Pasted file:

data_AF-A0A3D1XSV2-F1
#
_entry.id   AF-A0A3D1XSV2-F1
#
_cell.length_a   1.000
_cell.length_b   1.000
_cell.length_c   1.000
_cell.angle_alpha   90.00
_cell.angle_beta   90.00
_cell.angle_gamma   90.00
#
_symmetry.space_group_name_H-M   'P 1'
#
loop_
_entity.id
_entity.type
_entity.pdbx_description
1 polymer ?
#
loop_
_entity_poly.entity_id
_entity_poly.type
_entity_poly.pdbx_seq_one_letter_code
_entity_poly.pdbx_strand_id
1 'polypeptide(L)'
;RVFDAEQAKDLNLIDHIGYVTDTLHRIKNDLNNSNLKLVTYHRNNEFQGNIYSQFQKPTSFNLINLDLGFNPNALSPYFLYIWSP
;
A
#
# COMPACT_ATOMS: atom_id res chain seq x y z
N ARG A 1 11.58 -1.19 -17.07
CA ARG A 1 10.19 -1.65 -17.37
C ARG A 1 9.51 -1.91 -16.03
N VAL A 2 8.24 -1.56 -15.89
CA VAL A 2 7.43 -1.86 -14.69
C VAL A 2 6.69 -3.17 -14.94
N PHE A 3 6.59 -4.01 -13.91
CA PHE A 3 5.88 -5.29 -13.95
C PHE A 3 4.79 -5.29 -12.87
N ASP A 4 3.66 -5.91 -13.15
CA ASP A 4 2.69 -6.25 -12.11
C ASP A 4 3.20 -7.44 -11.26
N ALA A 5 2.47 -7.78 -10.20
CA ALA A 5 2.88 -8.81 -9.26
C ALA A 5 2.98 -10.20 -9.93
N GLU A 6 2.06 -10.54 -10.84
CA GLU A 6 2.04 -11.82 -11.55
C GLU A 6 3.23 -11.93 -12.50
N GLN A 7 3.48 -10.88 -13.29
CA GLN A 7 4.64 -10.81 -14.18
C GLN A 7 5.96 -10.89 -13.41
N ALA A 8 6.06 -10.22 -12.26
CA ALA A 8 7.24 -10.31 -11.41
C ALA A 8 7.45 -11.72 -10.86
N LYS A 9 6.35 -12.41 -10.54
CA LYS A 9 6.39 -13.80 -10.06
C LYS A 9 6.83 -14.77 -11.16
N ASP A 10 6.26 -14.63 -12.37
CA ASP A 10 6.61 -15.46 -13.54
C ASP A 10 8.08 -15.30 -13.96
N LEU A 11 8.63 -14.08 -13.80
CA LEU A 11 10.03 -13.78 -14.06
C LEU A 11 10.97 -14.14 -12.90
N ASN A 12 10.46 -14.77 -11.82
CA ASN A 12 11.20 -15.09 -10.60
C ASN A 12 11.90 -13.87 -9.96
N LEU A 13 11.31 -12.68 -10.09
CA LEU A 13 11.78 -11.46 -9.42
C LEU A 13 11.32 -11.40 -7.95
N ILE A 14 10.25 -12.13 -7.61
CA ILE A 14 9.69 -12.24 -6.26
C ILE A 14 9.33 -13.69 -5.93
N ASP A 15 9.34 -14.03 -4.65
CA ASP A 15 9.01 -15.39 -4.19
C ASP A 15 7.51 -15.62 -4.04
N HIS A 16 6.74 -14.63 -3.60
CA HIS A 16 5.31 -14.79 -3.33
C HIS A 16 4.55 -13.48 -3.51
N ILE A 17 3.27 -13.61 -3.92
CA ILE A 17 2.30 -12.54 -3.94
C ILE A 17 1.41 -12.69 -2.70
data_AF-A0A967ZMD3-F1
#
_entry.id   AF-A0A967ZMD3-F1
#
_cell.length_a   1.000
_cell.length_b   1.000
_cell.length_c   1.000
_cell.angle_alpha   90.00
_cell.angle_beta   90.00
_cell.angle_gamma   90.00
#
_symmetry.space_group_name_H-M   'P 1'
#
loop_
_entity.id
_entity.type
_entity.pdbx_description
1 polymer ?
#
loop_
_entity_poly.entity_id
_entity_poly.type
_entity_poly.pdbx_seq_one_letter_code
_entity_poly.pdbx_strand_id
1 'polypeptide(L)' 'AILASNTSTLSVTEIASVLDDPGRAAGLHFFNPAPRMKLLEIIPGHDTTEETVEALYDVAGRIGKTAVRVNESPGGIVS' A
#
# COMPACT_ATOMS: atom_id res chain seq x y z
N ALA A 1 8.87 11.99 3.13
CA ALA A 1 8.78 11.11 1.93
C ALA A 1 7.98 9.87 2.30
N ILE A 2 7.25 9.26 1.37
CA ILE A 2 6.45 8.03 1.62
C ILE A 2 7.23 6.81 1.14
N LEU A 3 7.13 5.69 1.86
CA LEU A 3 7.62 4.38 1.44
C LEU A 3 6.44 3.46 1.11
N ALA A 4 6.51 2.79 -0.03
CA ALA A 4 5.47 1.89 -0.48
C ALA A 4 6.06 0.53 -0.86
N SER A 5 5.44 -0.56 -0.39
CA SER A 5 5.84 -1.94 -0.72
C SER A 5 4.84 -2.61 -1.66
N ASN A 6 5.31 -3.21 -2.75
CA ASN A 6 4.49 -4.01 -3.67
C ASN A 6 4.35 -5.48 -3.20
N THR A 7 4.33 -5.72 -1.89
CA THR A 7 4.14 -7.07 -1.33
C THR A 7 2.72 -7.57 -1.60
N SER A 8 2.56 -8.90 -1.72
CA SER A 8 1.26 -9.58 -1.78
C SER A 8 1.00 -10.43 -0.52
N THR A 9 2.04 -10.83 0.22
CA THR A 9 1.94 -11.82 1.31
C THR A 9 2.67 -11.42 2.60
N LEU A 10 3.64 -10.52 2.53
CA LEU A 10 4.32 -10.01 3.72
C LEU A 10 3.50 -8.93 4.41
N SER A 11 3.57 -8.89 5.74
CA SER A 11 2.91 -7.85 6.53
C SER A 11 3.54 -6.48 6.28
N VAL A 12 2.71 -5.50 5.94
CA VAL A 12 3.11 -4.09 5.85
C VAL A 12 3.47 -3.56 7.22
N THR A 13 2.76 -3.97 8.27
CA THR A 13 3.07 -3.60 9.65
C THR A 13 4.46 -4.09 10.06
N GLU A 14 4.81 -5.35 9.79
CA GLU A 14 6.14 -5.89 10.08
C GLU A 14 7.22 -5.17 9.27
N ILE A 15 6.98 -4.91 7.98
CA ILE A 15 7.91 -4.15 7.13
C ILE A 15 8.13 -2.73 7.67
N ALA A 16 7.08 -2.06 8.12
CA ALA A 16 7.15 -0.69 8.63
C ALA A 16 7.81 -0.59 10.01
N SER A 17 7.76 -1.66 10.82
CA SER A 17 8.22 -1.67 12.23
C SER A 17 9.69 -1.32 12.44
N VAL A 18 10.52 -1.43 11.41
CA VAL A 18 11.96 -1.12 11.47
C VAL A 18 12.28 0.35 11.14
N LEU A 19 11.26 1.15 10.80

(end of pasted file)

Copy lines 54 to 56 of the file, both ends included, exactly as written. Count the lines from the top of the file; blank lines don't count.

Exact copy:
C ALA A 8 7.45 -11.72 -10.86
N LYS A 9 6.35 -12.41 -10.54
CA LYS A 9 6.39 -13.80 -10.06